The proportion of people with a resolved HBV infection was estimated at 27.8% (95% CI: 25.8–29.9), increasing sharply with age to reach 51% among 50–69 year-olds. Consequently, more than three in ten people aged 15–69 years living in Mayotte have a lifetime HBV infection (resolved or current). As expected, the risk of lifetime HBV infection in multivariate analysis was significantly higher in men and in people over 30 years (compared to those under 20). More surprisingly, compared to those born in Mayotte, people born in the Comoros were more likely to have been infected during their lifetime in univariate analysis, but this association was not statistically significant after adjustment to other variables, especially gender and age group, in multivariate analysis. This could be explained by significant differences between the age and sex distributions of people born in Mayotte and the Comoros, whereas the proportion of infected people varied greatly according to gender and age group . The risk of lifetime HBV infection was higher in the areas of Dembeni-Mamoudzou and Petite-Terre (though not significant for the latter) compared to the West-Centre of Mayotte in multivariate analysis. These areas are characterised by the highest proportions of people born in the Comoros (respectively 58% and 54% vs 42% in the rest of the island). After adjusting to other variables, this association, especially place of birth, suggests a higher past or current circulation of HBV in these areas, regardless of the place of birth. Finally, a significant association between condom non-use and risk of lifetime HBV infection was observed, as previously shown in pregnant women by Saindou et al. .
In this context of significant HBV circulation, the implementation of preventive measures, in particular vaccination, is essential. While the implementation of anti-HBV vaccination at birth [14, 20] since 1999 has made it possible to achieve high levels of vaccination coverage in children (95% in children aged 24–59 months) and adolescents (75% in 14–15 year-olds) , which are greater than for other vaccinations , HBV vaccination coverage still needs to be enhanced. Thus, only 37% of young people aged 15 to 19 years at the beginning of their sexual life presented a serological profile indicating immunisation by vaccination. This proportion remains insufficient even considering the possible loss of HBs antibodies, estimated to concern about 40–45% of adolescents vaccinated at birth . Indeed, it has been shown that protection persists for at least 30 years or even throughout life, even in the case of disappearing HBs antibodies . The determinants of immunisation by HBV vaccination, which would be useful to guide the implementation of a potential new vaccination catch-up campaign as previously performed in 2018 , will be the subject of a specific article.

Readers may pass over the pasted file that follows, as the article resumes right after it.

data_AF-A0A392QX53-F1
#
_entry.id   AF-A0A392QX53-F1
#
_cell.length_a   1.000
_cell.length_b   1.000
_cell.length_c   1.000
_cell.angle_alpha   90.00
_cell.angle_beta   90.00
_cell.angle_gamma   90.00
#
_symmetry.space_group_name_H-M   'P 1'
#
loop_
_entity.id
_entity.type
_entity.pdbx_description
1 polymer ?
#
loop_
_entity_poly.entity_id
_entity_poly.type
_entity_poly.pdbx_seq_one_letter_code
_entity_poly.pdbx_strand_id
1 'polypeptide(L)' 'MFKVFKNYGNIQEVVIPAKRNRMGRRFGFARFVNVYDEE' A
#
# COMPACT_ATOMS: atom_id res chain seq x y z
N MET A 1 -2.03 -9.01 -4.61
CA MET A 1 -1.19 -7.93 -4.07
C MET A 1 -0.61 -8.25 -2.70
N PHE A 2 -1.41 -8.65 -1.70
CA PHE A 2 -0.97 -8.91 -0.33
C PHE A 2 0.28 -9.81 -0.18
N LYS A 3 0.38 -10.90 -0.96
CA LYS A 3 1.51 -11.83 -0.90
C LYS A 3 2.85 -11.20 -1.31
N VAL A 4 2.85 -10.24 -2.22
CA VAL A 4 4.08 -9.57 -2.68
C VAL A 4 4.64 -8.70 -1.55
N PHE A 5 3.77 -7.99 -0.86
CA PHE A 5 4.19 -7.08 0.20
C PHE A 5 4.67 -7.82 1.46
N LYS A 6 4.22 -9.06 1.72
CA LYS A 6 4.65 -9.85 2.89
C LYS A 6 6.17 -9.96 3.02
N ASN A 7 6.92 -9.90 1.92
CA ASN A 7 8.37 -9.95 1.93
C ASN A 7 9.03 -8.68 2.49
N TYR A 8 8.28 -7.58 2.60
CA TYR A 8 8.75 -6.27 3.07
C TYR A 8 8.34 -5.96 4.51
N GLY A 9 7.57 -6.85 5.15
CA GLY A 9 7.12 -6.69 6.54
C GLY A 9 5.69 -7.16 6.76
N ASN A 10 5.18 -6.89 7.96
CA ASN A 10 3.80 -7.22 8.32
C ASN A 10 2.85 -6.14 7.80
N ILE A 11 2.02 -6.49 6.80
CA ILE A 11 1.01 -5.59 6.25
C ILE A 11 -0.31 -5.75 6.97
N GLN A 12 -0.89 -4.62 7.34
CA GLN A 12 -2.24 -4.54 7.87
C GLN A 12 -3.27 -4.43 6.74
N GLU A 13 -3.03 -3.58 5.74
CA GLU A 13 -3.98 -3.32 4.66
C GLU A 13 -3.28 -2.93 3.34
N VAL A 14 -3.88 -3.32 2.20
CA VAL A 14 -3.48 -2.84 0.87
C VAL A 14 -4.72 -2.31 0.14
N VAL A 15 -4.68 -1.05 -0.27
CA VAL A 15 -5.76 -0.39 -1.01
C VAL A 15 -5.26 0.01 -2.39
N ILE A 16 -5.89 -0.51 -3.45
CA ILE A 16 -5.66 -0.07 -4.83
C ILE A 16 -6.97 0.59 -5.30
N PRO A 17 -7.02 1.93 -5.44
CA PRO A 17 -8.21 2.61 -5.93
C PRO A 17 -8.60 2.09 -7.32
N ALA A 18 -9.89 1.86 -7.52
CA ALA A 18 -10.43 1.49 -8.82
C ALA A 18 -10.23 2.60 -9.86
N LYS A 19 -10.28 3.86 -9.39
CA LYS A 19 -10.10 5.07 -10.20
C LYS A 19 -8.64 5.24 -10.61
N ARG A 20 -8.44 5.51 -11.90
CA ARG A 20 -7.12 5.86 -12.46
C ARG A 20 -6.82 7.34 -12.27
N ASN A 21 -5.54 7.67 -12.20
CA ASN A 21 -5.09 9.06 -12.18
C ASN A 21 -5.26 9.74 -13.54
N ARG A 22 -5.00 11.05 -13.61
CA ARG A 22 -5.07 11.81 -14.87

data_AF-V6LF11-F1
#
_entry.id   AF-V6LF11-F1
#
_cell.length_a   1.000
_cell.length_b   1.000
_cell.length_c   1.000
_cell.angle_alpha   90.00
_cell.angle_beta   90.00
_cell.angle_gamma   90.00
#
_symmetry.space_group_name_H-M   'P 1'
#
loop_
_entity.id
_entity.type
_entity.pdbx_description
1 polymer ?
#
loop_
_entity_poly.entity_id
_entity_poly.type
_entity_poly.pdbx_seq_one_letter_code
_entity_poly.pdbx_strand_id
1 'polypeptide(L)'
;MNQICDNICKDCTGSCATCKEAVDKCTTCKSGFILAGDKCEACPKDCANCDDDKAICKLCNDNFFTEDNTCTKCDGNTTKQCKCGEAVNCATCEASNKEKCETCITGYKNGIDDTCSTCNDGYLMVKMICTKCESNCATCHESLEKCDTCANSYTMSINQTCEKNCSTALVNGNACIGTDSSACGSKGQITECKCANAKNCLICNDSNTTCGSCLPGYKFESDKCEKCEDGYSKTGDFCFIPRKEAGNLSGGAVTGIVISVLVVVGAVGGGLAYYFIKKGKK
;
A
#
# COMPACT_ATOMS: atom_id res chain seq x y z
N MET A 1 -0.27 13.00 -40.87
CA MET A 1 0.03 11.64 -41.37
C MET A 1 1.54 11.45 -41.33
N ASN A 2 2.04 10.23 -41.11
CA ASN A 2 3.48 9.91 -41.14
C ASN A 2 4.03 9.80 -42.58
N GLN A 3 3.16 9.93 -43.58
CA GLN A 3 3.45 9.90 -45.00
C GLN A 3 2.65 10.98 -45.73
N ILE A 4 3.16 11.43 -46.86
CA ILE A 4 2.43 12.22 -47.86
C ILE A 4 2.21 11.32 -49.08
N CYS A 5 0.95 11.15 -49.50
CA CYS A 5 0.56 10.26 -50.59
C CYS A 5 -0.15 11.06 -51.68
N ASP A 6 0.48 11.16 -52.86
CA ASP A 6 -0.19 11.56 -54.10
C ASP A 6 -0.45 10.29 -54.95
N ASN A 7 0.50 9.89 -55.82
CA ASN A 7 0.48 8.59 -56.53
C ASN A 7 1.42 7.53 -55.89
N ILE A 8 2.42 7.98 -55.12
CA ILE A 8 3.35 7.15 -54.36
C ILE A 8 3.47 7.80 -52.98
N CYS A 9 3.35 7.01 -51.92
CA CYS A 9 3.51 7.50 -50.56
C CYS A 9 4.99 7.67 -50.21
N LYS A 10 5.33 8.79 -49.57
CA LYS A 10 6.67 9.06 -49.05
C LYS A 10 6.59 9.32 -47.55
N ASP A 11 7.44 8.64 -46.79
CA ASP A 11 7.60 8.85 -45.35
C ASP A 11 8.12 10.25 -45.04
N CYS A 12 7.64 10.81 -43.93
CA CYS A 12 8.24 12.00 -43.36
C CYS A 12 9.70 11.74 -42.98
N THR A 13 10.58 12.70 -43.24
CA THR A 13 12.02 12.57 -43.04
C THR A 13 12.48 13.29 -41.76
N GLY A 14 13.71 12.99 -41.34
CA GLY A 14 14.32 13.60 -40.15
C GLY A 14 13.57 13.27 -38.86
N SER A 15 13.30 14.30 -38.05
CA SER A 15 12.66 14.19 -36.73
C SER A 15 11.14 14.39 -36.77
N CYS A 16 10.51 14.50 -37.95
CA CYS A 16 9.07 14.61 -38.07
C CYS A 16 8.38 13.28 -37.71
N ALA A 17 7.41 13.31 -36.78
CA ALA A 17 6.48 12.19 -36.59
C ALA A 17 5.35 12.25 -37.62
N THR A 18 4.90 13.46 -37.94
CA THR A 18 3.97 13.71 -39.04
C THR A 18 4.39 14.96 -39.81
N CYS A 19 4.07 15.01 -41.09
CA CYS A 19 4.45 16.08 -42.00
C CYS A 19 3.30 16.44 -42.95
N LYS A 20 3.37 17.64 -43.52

Besides the insufficient immunisation rate, the vaccine status against HBV was poorly known by participants, since more than half of the population in Mayotte was estimated to be unaware of their HBV vaccine status. In mainland France, this estimated proportion was 7% in 2016 . Among people declaring to be vaccinated, 2.4% were estimated to be HBsAg positive and therefore at risk of transmitting the infection in a context of probably insufficient preventive sexual behaviours. Thus, only 19.5% of people indicated using a condom at their first sexual intercourse. This proportion was estimated to be 35.2% among 18–29 year-olds living in Mayotte (data not shown) versus 85% in the same population in mainland France in 2016 .
For hepatitis C virus, only six of the 2,917 people tested for HCV antibodies were positive (0.21%), including three positive for HCV RNA. This result confirms that Mayotte is a low endemic area for HCV, similarly to mainland France where the prevalence of HCV RNA was estimated at 0.3% among the general population in 2016 .
As the objective of the Unono Wa Maore survey was to describe the state of health and health care use for the population living in Mayotte, choices were made to limit the length of time for completing the questionnaires. Thus, the epidemiological data collected on hepatitis were limited and only appeared in the long questionnaire (e.g., questions on country of birth or sexuality). Therefore, this limited the power of the statistical analyses. Further, comparisons with the results of other health surveys performed in mainland France [19, 32] must be interpreted with caution given the methodological differences and the cultural specificities of the population living in Mayotte. Finally, due to difficulties relating to the context of the survey, not all respondents could have a blood sample and thus be screened for HBV and HCV. However, thanks to a very high participation rate in the survey (89%), nearly 3,000 people, or almost 2% of all residents aged 15–69 years, were tested for HBV and HCV. Their characteristics were close to those of all participants after weighting and adjustment. The implementation of the survey, directly in the homes of participants, also made it possible to take venous blood samples to search for numerous serological and molecular markers of hepatitis B, C, and delta.